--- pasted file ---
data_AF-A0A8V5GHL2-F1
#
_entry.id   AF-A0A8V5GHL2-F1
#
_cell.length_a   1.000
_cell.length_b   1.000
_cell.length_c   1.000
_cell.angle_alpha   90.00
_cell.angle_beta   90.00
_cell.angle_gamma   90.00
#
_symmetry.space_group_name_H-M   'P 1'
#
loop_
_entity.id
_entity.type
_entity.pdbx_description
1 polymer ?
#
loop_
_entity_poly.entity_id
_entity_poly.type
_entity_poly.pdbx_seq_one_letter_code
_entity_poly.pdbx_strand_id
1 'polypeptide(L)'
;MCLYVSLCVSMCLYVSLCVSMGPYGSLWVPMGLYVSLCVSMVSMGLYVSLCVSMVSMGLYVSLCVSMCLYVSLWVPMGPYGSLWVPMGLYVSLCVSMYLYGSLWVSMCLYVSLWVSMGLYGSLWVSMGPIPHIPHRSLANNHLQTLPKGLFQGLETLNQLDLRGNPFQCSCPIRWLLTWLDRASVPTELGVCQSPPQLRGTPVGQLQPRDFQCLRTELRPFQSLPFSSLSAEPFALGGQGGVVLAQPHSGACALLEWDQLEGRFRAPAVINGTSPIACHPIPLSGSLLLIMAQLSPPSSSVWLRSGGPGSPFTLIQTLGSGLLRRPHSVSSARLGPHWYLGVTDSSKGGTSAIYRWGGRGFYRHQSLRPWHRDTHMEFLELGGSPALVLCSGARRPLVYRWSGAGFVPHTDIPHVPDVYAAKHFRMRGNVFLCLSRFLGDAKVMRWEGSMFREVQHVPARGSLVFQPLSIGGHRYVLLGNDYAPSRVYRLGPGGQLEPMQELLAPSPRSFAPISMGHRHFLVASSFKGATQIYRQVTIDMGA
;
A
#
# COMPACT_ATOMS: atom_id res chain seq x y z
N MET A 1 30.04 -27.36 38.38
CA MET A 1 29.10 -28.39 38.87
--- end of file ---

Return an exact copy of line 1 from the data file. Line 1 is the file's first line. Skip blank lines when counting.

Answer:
data_AF-A0A8V5GHL2-F1